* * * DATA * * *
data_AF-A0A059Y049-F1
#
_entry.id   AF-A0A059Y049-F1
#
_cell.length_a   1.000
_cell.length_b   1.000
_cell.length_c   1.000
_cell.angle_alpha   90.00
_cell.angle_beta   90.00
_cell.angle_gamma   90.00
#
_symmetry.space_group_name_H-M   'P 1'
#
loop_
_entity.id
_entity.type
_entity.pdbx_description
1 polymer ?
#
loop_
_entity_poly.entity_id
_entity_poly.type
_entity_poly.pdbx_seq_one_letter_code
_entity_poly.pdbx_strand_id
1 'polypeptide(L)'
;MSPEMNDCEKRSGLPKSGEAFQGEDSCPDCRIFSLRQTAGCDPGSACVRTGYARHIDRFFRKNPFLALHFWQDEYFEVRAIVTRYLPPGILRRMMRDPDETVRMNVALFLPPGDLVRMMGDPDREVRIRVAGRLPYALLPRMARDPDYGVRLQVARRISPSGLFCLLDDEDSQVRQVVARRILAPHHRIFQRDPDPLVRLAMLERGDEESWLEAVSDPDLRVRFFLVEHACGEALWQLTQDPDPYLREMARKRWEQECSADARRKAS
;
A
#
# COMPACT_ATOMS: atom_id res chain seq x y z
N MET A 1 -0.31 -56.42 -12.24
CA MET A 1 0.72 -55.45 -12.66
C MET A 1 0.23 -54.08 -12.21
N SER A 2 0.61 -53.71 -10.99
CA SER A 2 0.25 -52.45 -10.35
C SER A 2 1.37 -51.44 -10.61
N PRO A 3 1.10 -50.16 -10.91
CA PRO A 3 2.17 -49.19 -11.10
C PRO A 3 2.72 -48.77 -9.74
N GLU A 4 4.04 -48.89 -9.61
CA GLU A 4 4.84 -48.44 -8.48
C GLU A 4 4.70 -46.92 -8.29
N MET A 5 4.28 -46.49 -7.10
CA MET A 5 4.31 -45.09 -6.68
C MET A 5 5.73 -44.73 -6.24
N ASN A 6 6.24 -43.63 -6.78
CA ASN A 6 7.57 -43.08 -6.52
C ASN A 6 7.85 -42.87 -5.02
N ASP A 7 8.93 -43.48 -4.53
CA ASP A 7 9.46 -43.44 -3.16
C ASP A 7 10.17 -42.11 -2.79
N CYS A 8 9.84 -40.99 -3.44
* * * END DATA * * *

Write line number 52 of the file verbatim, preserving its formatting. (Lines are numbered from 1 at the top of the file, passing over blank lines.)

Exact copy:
N CYS A 8 9.84 -40.99 -3.44